The economic forecasters agree that we’re in for a long, chilly winter. Possibly, a long, chilly spring, summer, and fall, too. Possibly, even a few chilly years. With the global economy cooling and credit suddenly tight, New Yorkers who are buying into new or not-yet-finished condominiums need to be aware of the perils lurking amid the construction cranes and freshly drafted mortgages. One of the most chilling is the very real prospect of a coming rash of defaults by condo sponsors.
While no one can say for sure if defaults and bankruptcy filings will increase as the economy cools, there are a number of steps condominium boards can take to protect their buildings from the coming chill.
In real estate, as in medicine, prevention is often the best cure. And while it may be impossible for condo boards to prevent a sponsor from defaulting, it is important that they remain alert to signs of trouble so that damage to their investments can be averted or kept to a minimum.
The most common and obvious sign that the sponsor is in dire straits is, of course, that it suddenly stops paying common charges and defaults. One way to gauge the sponsor’s financial health is to study the offering plan, which must be amended periodically as long as apartments are selling. The amendments will include a financial disclosure, which will tell a board the amount of rental and common charges collected monthly, whether there’s a surplus or shortfall, and whether or not sponsor apartments have been pledged as collateral for loans. Boards can also run a credit check on the sponsor.
“That [financial disclosure] gives you a way to evaluate the sponsor’s cash flow,” says Steven Wagner, a co-op and condo lawyer and partner at Wagner Davis. “It tells you how much is coming in and how much is going out.”
Above all, veteran real estate observers agree, this is a time for condo boards to get aggressive. A “this-too-shall-pass” attitude is not an option. “Every condo board in the world should be checking several things right now,” says attorney James Samson, a partner with Samson Fink & Dubow. “The first thing to do is find out what kind of mortgage the sponsor has, who holds it, how big it is, and if you can buy it. Also, find out if the real estate taxes are being paid. If not, that’s real trouble. And find out if the sponsor’s defaulting at other properties.”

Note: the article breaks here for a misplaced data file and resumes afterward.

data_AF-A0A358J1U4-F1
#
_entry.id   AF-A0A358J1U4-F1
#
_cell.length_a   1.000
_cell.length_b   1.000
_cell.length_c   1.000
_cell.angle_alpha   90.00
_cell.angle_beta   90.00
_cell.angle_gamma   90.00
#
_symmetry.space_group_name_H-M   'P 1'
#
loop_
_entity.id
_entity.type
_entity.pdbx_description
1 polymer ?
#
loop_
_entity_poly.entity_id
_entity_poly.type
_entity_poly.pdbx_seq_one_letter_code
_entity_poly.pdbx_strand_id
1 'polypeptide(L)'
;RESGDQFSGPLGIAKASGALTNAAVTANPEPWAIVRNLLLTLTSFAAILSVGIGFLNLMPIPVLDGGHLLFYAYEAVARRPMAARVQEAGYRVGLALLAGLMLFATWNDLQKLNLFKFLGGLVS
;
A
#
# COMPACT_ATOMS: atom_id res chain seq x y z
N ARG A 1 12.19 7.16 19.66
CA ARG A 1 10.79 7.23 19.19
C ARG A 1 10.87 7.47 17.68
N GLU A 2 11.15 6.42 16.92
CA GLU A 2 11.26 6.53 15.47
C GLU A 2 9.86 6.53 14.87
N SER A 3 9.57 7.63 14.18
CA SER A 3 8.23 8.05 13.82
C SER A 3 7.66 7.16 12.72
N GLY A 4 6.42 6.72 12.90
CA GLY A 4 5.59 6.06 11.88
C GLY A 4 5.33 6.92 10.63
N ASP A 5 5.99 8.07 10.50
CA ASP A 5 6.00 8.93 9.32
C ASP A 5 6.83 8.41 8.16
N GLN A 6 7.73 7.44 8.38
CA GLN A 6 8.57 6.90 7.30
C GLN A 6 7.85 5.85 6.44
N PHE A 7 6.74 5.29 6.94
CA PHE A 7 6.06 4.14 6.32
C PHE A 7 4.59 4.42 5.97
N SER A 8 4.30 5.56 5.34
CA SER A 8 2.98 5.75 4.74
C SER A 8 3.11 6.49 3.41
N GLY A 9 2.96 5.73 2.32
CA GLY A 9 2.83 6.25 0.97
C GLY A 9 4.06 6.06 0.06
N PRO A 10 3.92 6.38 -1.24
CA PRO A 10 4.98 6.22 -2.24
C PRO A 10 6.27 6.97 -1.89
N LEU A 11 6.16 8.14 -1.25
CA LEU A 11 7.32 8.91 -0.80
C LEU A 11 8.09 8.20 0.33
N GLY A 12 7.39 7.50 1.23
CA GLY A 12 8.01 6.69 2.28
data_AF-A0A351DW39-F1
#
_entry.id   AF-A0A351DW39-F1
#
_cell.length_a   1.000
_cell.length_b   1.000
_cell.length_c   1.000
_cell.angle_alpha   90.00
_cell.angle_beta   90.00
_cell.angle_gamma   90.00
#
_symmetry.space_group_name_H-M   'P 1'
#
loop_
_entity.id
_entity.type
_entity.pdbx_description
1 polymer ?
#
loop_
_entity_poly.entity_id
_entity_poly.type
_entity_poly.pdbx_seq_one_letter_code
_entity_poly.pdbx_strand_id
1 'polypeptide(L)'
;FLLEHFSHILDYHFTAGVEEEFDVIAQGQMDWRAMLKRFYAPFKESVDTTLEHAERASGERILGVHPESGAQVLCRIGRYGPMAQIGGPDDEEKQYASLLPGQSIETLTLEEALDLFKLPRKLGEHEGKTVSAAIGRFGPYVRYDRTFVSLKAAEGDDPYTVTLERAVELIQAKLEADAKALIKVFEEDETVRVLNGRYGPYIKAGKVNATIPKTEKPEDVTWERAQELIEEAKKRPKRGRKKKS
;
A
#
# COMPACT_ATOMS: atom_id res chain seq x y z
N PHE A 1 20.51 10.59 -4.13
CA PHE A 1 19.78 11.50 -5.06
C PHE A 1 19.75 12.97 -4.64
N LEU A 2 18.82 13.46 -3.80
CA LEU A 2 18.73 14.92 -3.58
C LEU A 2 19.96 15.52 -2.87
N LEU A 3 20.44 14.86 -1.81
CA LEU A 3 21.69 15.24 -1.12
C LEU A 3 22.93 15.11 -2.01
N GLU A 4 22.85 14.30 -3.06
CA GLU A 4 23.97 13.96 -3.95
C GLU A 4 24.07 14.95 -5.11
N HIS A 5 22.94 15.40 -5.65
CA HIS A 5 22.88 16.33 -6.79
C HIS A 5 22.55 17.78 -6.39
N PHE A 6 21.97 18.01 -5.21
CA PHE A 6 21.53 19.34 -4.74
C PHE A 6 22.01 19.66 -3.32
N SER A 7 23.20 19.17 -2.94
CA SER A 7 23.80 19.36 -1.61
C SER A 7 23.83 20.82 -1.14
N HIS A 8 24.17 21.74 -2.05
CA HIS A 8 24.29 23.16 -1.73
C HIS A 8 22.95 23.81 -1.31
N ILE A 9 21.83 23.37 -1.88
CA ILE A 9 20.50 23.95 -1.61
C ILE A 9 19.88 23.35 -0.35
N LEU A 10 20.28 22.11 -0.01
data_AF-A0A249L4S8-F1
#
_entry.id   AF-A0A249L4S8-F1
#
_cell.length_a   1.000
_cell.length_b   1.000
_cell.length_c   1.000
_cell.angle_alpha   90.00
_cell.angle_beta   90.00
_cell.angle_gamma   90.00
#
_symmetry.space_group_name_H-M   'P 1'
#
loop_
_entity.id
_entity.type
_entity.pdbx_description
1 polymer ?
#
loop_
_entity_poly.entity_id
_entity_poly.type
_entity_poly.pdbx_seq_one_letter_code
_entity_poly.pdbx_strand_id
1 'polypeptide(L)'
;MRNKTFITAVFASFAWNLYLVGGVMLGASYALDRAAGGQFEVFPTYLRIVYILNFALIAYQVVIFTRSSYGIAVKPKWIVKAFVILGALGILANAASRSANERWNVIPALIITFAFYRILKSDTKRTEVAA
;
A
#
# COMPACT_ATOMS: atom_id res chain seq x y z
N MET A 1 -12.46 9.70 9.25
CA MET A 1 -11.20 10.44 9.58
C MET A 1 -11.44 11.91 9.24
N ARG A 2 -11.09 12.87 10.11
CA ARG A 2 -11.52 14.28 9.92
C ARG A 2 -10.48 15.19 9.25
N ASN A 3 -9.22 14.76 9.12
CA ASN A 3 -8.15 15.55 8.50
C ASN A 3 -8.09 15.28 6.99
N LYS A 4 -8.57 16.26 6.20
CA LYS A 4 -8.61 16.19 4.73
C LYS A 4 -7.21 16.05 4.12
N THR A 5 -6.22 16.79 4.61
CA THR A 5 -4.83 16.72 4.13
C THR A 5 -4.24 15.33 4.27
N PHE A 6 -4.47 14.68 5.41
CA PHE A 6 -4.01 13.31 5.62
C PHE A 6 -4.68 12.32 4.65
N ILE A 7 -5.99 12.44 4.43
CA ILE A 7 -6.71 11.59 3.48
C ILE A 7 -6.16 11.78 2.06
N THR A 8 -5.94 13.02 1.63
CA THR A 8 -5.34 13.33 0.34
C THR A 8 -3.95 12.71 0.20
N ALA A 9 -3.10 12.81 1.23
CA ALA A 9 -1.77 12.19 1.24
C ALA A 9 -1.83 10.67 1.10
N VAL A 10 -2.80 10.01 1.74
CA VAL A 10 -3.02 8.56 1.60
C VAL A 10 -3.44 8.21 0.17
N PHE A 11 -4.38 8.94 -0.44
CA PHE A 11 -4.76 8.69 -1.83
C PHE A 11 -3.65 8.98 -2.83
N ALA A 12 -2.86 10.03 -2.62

While there’s no end to potential sources of financial strain on sponsors in these chilly times, the most likely cause of a reduced cash flow is that unsold apartments are suddenly having a hard time finding buyers. Without income from sales, the sponsor is suddenly squeezed. This can have a snowball effect.
“Developers who are having difficulty selling apartments still have to pay their construction loans and other expenses,” says Wagner. Sometimes, he adds, even when the sponsor is able to keep up with his debts, the lending institution may have a change of heart – or cash flow problems of its own. “If the lenders want out,” he says, “they’re going to have to give the developer time to find a new lender. That can be a big problem.”
It can be a challenge because borrowing money – even for something relatively small, like a car – is no longer the breeze it used to be, even a few months ago. In the case of getting new financing for something as big as a half-finished condo tower, it can be downright harrowing.
“Of course,” Wagner adds, “if the sponsor is in default [on a bank loan], the lender is under no obligation to give the sponsor time to do anything.”
Under the state attorney general’s Policy Statement No. 6, passed in the aftermath of the last major stock market crash – the monster in 1987 – co-ops and condos began receiving “special treatment” that expedites their takeover of a financially troubled sponsor’s stake in a property. But the foreclosure process works much more slowly for condos than for co-ops.
Even if a condo board is able to purchase and sell a troubled sponsor’s apartments at a profit, there are limits to what Policy Statement No. 6 can do. The attorney general cannot, for example, force the sponsor to meet his financial obligations. And if the board has not done its homework and foreseen the coming financial crunch, there is a strong possibility the lending institution will start foreclosure proceedings and begin collecting rent on the sponsor’s units.
“Aggressively fight the bank for the rents,” Samson advises, noting that a sponsor is in default when he fails to pay common charges. “File the lien for the [sponsor’s] unpaid common charges as soon as they stop showing up. Then you can start collecting the rent from the sponsor’s units. Even if you can’t get the rents, you can go to court and apply for reimbursement for the cost of providing essential services, such as heat and elevators.”
In the opinion of attorney Stuart Saft, a partner with Dewey & LeBoeuf, it’s usually wise to try to negotiate a settlement before hauling the sponsor into court. “A full-scale litigation against a sponsor will drag on for five years or more,” he says. “It will cost hundreds of thousands of dollars – and you have no guarantee you’ll be successful or that the sponsor will have any money to pay you.”
Even if negotiations prove unsatisfactory, Saft believes boards should file a complaint with the enforcement bureau of the attorney general’s office before filing a lawsuit. A lawsuit, he believes, should be a last resort.
Bottom line, “boards have to be vigilant and prepared to act quickly,” says Saft, because this chill is big and it’s for real. “Do your homework,” adds Wagner, “and don’t discount the rumors. They may be true.”